Chamblee Students Jam at JanFest
In December of last year, 16 of Chamblee’s band students were ecstatic to learn that they had been selected to attend JanFest, a music festival for high school band students.
JanFest, a four-day event hosted by the University of Georgia, is made up of about 1000 kids from 130 different schools. This year, the festival took place January 19-22. Any band student can apply for the festival through their band teacher. Students are chosen at random to attend. The 16 students from Chamblee who attended were Sarah Williams, Hailey Maxwell, Emmy Cooper, Jessica Eleazer, Zachary Reid, William Rohrbach, Brendan Bassett, Hannah Wilborn, Charlie Penn, Emma Dickinson, Caroline Johnston, Catherine Willingham, Meghan Ashley, Christine Delon, Noah Ashley, and Corey Williams .
“I love band, and doing four days of band sounded pretty much like heaven to me,” said sophomore Hailey Maxwell.
Maxwell applied for JanFest last year, but, unfortunately, did not get in. Others, however, have been lucky enough to attend several times.
“I’ve done it every year since my freshman year and it’s been fun every time,” said senior Caroline Johnston.
Freshman Brendan Bassett attended JanFest for the first time this year. Last year, he also had the opportunity to go to MidFest, a three-day event similar to JanFest, but for middle schoolers.
“There was much more of a social aspect at JanFest,” said Bassett. “We did a lot more stuff with other people.”
Upon arrival at JanFest, each student must perform an audition piece, given to students a few months prior, in front of the judges. The judges then evaluate the student’s abilities, and place them in one of eight bands. Placing the students in a band that suits their needs is an important task, but a time-consuming one.
“The audition process took kind of a long time,” said sophomore Sarah Williams.
Throughout the weekend, students take part in multiple rehearsals with their band as well as instrumental clinics with other students who play the same instrument. These rehearsals and clinics were back to back, so by the end of the weekend, all of the students were exhausted.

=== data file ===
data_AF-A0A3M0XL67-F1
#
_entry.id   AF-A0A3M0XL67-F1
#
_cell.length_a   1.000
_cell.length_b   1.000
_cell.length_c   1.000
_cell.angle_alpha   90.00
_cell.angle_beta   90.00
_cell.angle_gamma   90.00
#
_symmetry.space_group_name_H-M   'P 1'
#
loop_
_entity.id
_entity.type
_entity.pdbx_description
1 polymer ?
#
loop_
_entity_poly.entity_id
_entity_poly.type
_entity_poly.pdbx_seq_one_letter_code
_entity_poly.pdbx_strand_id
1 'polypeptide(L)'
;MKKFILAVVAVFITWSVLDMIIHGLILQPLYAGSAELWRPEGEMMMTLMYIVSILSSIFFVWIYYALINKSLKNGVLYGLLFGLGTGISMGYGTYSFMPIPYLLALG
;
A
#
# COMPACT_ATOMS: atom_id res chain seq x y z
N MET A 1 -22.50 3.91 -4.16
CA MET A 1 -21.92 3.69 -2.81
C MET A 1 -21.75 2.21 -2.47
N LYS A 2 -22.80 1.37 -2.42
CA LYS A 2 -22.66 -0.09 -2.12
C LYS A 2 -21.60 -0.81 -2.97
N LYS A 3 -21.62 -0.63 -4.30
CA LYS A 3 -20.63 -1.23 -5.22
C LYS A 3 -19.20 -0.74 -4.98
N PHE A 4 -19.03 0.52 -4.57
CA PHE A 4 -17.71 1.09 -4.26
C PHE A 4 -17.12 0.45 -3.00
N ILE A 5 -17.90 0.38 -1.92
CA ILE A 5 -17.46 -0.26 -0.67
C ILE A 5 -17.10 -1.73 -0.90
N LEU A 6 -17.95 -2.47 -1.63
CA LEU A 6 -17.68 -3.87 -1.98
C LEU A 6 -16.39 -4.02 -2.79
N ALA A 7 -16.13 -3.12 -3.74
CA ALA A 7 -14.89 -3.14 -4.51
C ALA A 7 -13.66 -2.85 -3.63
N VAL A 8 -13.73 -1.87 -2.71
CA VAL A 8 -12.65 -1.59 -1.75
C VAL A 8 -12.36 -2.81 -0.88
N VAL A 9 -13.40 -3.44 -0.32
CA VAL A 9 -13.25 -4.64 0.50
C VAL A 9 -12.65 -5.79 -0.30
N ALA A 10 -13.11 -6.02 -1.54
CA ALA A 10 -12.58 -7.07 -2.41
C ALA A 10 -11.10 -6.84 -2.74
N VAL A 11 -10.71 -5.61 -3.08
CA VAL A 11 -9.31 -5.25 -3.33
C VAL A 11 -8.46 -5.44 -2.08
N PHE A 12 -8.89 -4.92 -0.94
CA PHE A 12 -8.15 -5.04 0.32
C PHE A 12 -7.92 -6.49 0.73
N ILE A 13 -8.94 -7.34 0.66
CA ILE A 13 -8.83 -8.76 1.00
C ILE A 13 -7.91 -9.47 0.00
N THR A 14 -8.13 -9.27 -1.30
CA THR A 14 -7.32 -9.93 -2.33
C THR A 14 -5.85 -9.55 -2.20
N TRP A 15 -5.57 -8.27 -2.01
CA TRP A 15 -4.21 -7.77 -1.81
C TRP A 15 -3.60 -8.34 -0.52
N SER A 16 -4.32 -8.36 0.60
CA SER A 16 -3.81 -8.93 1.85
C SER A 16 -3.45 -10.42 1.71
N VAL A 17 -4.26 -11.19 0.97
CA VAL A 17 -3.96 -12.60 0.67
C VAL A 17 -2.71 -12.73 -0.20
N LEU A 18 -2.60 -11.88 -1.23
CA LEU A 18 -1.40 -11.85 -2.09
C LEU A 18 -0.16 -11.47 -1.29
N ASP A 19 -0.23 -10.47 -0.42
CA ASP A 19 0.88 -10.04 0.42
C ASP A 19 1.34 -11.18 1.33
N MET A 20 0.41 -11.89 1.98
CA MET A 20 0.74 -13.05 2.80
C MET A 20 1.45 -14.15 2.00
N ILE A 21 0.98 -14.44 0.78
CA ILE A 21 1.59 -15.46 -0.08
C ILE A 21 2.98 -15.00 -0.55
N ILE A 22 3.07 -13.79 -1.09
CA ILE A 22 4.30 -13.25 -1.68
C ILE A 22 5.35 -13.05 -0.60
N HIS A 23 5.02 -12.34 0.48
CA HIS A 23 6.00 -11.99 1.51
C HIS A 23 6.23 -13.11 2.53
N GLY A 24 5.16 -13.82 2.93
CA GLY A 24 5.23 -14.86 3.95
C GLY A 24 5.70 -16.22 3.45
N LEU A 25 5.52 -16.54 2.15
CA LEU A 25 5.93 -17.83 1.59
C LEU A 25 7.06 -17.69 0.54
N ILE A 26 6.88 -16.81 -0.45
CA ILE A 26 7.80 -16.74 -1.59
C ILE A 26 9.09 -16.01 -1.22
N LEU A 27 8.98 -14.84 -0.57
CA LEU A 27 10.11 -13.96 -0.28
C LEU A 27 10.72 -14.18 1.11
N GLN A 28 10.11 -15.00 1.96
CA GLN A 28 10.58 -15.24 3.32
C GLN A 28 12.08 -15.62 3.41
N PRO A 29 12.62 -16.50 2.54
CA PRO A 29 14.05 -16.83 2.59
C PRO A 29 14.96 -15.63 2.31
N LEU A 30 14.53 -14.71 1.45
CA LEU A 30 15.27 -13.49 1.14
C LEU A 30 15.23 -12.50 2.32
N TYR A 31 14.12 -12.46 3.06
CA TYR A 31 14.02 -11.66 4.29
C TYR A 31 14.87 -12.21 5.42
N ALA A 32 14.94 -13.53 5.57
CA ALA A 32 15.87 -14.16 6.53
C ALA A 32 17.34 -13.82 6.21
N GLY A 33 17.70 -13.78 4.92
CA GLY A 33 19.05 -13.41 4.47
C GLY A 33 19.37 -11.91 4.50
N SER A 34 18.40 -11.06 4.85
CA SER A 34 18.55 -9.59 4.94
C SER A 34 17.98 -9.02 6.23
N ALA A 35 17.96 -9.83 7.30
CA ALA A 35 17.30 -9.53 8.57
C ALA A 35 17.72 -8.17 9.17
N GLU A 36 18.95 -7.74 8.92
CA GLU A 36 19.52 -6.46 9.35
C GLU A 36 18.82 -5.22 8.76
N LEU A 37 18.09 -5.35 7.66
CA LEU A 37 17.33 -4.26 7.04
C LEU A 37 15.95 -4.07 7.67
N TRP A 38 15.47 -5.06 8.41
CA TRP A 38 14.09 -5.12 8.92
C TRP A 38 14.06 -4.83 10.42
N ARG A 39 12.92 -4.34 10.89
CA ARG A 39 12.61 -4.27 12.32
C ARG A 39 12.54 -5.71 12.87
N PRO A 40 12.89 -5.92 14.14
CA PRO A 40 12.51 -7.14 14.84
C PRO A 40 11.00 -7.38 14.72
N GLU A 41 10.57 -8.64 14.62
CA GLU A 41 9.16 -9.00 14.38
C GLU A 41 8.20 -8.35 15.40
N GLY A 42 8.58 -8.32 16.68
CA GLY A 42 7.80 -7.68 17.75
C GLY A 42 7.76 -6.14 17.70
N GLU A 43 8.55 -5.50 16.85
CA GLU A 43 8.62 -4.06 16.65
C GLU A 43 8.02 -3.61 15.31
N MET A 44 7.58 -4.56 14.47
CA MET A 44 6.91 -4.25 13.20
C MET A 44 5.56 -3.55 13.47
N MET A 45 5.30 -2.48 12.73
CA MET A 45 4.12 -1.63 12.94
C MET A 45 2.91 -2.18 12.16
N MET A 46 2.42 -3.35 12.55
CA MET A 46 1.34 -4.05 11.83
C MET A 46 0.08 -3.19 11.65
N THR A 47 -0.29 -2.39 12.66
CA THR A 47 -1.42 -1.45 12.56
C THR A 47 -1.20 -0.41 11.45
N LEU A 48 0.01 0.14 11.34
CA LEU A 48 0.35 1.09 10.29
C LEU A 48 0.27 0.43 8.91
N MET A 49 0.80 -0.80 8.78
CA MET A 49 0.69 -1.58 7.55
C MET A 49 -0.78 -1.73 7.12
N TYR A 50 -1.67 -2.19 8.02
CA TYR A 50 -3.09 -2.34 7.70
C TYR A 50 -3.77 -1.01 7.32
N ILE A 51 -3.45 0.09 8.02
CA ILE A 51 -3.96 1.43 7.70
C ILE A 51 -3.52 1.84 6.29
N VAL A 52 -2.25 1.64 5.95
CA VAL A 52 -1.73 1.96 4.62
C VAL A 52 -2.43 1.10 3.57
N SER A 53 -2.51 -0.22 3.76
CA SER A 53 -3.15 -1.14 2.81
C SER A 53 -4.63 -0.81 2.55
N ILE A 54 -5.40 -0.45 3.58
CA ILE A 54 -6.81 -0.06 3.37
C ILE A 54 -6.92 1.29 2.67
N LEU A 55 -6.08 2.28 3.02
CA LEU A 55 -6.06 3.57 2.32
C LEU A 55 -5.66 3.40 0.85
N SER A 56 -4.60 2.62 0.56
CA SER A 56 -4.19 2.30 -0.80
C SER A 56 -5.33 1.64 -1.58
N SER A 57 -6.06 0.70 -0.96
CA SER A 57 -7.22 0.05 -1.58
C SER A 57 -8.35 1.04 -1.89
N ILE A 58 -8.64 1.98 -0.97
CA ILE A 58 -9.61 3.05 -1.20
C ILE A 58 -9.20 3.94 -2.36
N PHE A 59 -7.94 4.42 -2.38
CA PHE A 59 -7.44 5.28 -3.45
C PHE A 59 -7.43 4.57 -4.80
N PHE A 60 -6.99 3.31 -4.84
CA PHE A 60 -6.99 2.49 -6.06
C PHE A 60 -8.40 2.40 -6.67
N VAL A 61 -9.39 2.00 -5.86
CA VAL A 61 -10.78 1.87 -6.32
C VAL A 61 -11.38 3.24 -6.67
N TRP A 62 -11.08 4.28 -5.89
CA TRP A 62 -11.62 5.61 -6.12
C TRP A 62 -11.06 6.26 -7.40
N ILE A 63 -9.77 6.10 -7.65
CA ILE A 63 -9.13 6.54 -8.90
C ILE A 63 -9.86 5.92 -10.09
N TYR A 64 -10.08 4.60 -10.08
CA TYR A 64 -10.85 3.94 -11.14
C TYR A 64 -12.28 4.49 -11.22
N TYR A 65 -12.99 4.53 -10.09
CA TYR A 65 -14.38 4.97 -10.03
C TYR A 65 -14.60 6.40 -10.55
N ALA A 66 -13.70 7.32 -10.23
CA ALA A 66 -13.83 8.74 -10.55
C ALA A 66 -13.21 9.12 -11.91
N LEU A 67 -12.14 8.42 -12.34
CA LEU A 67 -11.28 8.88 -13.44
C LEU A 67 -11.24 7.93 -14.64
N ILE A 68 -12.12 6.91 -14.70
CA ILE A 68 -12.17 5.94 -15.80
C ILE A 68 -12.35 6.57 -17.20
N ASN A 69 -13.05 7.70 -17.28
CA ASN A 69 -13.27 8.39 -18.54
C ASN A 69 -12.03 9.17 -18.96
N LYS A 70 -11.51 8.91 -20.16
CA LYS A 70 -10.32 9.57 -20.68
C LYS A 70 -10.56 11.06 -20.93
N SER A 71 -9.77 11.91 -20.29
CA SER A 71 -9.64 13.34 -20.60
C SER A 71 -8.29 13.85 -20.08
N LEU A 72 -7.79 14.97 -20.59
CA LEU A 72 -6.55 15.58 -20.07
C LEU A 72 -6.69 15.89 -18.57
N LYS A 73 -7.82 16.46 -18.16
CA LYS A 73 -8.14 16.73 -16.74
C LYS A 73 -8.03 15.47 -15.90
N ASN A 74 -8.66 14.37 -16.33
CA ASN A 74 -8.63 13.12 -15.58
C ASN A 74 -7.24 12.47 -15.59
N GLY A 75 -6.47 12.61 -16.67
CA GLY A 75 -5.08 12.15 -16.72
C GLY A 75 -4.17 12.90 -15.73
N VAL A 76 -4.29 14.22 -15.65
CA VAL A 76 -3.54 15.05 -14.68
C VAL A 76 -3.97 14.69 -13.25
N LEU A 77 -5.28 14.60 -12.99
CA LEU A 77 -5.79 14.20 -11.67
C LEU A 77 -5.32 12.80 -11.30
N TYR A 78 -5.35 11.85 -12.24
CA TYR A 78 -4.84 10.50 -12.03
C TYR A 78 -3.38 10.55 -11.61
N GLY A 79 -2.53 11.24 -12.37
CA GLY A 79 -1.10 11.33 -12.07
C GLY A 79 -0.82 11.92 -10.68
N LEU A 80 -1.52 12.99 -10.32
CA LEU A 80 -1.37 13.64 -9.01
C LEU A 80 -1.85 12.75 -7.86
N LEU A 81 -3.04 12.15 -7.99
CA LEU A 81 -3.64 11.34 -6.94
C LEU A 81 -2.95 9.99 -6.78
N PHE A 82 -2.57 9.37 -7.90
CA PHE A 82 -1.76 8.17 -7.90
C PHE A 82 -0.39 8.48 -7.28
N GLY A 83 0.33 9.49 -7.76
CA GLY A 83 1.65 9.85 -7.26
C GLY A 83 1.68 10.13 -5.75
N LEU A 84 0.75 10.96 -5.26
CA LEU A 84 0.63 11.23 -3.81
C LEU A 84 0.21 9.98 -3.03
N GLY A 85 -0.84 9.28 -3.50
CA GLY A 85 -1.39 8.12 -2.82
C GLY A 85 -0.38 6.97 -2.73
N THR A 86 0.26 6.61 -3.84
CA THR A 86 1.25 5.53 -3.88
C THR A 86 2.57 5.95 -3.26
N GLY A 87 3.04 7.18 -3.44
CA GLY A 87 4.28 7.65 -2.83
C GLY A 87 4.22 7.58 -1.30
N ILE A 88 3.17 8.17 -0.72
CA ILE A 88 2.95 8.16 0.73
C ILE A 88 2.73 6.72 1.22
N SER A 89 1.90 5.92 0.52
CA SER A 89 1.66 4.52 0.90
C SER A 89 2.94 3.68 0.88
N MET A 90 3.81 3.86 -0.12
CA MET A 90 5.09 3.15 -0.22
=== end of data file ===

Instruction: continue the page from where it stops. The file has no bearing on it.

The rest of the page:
“Walking everywhere, playing your instrument a lot, it was hard,” said junior Zachary Reid. “Even two days after JanFest I was still really tired.”
Interspersed are various concerts from featured bands. Some of these concerts are from high school bands; others are from UGA bands and local community bands.
“Southwest DeKalb High School’s band performed the first night and they just blew me away,” said Maxwell. “They were amazing.”
Students also have plenty of free time during the weekend, during which they can explore the City of Athens or just hang out.
“Athens is one of my favorite places, so getting to walk around there was really nice,” said Williams. “They have some of the best food there.”
At the end of the weekend, students perform concerts with the bands they were placed in upon their arrival, playing pieces that they rehearsed throughout the weekend.
By the end of the weekend, the students who attended JanFest this year had gathered many memorable experiences. They believe JanFest is something that every band kid has to experience, especially ones who want to do something with music in the future.
“It’s a totally different atmosphere at JanFest than in any other band,” said Reid.
This different atmosphere allows students to witness what it is like to play in a band outside of Chamblee.
“It’s a really cool opportunity because you get a chance to play in a different ensemble with kids who want to be there and play music,” said Johnston.
JanFest not only provides memories to students who attend, but also benefits the band program here at Chamblee. Students who attend obtain skills and knowledge that they would not otherwise learn, and are then able to share thisknowledge with their fellow students.
All in all, the students who attended JanFest were able to expand their understanding and love of music while spending time with friends and building new relationships.
“What I loved so much about it was the feeling of belonging,” said Maxwell. “Being with all 16 of us and knowing that we’re all there from the same school and for the same reason was really cool.”